At Chessington we have a troop of 8 Western Lowland Gorillas: Damisi, Shani, Asili, Shanga, Mbula, Mwana, Kuanza and Kipande. Damisi is the silverback and the leader of the group; Shani, Shanga and Asili are the breeding females; Mbula, Mwana and Kuanza are the naughty teenagers; and finally, Kipande, the baby of the troop.
There are 4 subspecies of Gorilla: Mountain Gorilla, Eastern Lowland Gorilla, Western Lowland Gorilla and Cross River Gorilla. Of all the subspecies, Western Lowland Gorillas are the smallest. They are also the most widespread subspecies, found across Central and Western Africa. They live in thick tropical rainforests, spending most of their day foraging for food.
Gorillas are currently listed as critically endangered due to the actions of rapidly increasing human populations. The biggest threats to gorilla population is the loss of habitat through modification and agriculture; habitat disturbance; being illegally hunted by humans for bushmeat; the live ape trade; climate change; invasive species; energy production and mining; and the spread of diseases from humans.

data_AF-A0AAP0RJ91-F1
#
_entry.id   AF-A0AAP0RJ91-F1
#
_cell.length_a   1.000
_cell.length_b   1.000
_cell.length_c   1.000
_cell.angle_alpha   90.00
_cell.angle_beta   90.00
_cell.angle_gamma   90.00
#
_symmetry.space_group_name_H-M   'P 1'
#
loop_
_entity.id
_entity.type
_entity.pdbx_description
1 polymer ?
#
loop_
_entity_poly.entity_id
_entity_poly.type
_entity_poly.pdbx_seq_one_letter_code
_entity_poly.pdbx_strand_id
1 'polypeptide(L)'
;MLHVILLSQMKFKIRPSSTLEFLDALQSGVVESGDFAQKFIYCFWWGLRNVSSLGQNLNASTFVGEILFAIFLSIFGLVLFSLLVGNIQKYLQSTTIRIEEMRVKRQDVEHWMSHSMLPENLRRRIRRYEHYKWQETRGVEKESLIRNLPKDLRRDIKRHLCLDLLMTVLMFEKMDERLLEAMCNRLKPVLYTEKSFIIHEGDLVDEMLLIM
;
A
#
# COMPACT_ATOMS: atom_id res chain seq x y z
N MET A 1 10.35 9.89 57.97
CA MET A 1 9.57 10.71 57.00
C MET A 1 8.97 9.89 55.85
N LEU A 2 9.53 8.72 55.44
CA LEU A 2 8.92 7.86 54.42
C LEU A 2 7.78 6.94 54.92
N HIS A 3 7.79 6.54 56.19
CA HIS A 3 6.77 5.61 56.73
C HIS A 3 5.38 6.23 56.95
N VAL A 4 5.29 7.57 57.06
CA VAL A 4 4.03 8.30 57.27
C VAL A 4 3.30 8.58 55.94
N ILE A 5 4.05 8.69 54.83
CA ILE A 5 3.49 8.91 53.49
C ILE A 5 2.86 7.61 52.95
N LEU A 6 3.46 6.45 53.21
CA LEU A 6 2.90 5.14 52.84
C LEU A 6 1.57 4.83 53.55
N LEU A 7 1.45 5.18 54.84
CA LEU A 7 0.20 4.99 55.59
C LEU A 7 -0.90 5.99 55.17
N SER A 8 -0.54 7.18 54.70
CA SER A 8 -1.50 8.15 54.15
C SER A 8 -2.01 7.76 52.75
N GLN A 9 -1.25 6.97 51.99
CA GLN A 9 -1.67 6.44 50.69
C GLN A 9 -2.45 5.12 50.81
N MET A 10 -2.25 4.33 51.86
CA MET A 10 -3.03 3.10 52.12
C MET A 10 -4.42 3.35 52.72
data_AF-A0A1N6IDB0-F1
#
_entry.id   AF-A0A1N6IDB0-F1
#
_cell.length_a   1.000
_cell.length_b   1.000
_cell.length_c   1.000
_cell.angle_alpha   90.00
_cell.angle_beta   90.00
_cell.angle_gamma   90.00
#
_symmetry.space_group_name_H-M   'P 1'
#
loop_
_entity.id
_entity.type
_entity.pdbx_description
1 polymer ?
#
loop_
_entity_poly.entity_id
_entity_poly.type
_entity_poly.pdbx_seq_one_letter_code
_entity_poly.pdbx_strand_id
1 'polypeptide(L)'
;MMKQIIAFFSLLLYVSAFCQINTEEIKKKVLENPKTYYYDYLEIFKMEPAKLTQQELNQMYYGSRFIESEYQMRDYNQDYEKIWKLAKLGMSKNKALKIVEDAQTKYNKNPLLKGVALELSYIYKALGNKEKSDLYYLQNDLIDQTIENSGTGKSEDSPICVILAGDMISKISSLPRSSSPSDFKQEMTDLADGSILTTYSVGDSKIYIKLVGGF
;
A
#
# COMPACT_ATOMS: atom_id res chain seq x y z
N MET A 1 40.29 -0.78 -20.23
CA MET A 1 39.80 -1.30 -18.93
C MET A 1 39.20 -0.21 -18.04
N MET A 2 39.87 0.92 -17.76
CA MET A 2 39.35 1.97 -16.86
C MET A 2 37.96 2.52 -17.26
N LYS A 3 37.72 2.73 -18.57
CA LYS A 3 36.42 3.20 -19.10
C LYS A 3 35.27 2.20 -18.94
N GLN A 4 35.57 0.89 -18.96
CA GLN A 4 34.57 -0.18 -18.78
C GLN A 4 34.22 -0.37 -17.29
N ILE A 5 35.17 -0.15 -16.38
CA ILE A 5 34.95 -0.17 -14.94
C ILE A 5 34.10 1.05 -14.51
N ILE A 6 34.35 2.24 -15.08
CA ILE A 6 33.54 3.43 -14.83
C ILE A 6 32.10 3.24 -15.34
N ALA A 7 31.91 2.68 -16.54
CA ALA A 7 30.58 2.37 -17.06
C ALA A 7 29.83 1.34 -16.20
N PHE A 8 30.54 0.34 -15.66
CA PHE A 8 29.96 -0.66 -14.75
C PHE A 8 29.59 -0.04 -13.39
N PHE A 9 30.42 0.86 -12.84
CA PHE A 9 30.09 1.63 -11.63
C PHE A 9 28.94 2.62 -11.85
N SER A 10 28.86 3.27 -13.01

Often Gorillas are mistaken for monkeys, but they are not, they are apes. Whilst apes and monkeys are both part of the primate suborder, there are lots of differences between them. For example, apes do not have tails like monkeys do and have larger bodies and brains. Apes are also better adapted to swing between branches, whereas monkeys are better adapted to run along branches. Other examples of apes include humans, bonobos, chimpanzees and orangutans.